I can contrast this to my cleric in Neverwinter who, even with his powers and feat points focused on healing, can put out respectable damage easy enough. All I have to do is slot a different mix of abilities from those I’ve unlocked while leveling. I can go from having a full buff/heal set to a full on DPS with emergency heal set in a few mouse drags.

MMOs with sub-classes (SWTOR’s advanced classes or WoW’s very distinct talent trees) make players choose between sub-types of the class to play. Sometimes these choices are irreversible by design (SWTOR’s advanced class cannot be reset), many times there are additional costs in-game that hamper the character’s ability to operate in more than one mode equally well (WoW’s reforging system has overcomplicated the gearing system with regards to dual-spec).

I feel this issue will need some more thought when I have more time: many MMO games offer build flexibility options, but the reality isn’t so free when you actually play them.  What do you think? Is it important to have the option for multiple character ‘specs’ for role flexibility? Should the options be playable without a complex process of respeccing or regearing the character – e.g. should a healer be able to do enough damage to level / solo dailies while in “healer mode”?

Posted in Gaming, Neverwinter, SWTOR, WoW | 4 Comments

Neverwinter: remember to explore

Yesterday our guild in Neverwinter had a “hide and seek” event. The organiser’s character would announce a zone and instance (like many MMOs these days Neverwinter will spawn new copies of a zone to manage game performance as population rises), those playing the event then had to race over to the zone in question and find the organiser’s character – you had to ‘touch’ him, i.e. run right up to him, just spotting him wasn’t enough.

What followed was an increasingly difficult set of exploration puzzles as this player knows the game very, very well and had chosen some very interesting and hard to reach places to hide. In some cases it was in plain sight but you wouldn’t spot him if you didn’t really look around, including up and down. In later cases it was truly off the beaten track – the sort of little corner or high vantage point that most of the playerbase race past unnoticed as they level their characters.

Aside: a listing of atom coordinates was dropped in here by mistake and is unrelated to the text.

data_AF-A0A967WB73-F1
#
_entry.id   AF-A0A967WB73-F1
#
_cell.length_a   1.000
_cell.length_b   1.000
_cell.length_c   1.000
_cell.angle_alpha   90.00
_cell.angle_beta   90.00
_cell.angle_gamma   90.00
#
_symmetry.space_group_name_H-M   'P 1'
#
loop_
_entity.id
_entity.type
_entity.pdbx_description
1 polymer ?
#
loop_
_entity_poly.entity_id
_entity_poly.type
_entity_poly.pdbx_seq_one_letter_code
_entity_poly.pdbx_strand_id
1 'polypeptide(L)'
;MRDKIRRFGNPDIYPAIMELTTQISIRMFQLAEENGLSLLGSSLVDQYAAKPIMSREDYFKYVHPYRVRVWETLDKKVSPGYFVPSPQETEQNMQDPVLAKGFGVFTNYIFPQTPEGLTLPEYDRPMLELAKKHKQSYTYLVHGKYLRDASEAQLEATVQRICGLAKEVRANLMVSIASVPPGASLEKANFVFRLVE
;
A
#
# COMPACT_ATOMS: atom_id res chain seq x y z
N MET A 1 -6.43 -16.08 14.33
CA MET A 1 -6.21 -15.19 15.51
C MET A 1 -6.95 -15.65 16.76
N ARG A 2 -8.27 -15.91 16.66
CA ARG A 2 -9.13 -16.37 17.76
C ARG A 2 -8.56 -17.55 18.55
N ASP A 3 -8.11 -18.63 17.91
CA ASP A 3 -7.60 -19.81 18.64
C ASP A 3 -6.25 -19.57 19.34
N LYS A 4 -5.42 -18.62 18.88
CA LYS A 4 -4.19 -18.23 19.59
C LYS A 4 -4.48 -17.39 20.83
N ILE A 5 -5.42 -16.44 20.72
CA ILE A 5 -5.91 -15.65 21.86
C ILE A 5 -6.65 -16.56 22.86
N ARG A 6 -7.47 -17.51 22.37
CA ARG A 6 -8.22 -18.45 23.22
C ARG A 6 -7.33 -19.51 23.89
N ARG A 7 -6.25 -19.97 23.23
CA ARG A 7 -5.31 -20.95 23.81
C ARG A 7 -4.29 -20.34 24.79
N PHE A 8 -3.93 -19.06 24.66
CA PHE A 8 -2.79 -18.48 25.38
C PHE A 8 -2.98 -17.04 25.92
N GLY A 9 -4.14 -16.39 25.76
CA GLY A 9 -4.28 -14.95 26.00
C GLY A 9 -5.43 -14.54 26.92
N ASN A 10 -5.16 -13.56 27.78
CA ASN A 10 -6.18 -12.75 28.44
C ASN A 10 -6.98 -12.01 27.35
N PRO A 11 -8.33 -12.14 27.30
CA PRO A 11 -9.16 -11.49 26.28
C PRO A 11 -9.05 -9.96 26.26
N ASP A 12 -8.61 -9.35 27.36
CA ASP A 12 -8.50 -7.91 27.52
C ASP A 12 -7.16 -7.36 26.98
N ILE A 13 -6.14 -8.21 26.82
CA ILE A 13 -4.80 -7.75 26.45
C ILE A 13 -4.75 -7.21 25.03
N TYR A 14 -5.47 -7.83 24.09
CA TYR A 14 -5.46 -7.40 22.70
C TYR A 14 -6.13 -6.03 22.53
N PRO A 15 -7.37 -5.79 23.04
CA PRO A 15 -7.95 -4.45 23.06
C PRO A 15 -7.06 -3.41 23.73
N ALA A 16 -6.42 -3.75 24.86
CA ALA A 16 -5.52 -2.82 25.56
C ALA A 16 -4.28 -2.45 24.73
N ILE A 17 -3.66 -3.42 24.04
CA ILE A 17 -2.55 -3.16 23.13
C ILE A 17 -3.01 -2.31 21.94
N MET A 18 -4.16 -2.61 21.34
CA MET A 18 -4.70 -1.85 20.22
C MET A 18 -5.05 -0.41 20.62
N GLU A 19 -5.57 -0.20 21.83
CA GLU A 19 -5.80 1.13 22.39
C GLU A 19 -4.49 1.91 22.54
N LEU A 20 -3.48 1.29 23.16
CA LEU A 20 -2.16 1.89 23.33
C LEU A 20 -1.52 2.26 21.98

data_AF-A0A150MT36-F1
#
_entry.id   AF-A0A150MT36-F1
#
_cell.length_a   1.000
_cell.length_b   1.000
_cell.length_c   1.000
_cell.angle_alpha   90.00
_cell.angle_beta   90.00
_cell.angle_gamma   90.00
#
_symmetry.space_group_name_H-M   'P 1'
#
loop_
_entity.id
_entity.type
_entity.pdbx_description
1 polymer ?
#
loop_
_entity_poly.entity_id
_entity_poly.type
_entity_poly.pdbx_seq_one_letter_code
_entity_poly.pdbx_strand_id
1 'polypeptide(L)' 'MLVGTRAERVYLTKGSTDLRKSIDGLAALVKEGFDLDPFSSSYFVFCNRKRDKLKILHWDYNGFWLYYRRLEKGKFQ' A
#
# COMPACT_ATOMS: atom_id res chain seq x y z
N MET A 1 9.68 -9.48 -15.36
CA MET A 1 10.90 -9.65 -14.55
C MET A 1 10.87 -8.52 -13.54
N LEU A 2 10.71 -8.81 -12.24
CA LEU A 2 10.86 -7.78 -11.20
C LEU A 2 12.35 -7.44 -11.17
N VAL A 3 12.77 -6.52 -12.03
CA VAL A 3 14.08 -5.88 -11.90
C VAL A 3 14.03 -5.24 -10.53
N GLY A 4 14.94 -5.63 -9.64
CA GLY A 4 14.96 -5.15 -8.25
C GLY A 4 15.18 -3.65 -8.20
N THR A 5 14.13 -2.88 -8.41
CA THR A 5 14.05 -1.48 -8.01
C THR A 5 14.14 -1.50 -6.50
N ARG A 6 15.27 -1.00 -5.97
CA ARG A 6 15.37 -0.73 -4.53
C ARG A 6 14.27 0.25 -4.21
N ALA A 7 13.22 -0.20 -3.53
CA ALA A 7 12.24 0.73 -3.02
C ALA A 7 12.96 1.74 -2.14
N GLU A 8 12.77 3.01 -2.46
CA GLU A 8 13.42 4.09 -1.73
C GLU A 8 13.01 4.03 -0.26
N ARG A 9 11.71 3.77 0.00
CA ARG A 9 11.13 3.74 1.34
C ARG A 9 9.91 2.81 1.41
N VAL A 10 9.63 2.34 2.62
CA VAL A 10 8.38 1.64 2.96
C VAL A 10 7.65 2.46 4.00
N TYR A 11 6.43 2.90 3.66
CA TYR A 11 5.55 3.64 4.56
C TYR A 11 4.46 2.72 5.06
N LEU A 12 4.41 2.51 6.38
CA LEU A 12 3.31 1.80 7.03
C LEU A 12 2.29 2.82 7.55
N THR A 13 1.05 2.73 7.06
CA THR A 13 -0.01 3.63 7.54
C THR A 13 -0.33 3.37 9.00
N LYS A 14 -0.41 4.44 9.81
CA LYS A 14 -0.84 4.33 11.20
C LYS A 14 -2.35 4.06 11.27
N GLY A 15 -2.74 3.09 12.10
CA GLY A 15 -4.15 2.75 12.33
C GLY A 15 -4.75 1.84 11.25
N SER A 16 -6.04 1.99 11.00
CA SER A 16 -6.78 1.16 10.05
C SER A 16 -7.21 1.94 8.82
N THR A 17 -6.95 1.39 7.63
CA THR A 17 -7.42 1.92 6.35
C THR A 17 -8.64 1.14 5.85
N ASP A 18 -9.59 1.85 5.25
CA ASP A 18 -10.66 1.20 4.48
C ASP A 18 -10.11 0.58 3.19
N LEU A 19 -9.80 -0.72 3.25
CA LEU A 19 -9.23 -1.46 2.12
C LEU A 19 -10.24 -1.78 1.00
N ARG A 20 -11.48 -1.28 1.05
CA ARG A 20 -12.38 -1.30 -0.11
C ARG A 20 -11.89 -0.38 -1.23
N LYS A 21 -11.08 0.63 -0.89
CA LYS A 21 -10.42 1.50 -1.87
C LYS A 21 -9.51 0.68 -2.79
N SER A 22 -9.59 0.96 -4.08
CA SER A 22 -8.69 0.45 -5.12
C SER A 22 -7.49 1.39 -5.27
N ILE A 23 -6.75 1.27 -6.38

Vellosk is a beautifully designed zone, look up!

Vellosk is a beautifully designed zone, look up!

I’m a staunch supporter of stopping to “smell the roses” in MMOs, and of taking screenshots of beautiful zone design for that matter. But having done this fun little event I was reminded that even I can be too goal oriented, too focused on questing and getting companions leveled up. Neverwinter has some really lovely zones and they obviously need exploring more fully!

screenshot_2014-03-31-19-17-56

This capture the mote zone event has some nicely, out of the way spawn points.

Posted in Gaming, Neverwinter | 1 Comment

Georgeson and F2P

The outspoken development director for SoE’s Everquest games, David Georgeson, has talked up the Free to Play (F2P) model again in a recent interview with IGN

I have had a generally positive experience of the wave of F2P conversions and releases over the last few years. I like his point about the cost of games (the base retail cost, not including discounting post-launch):

paying $60 up front to take a gamble on whether the game is good or not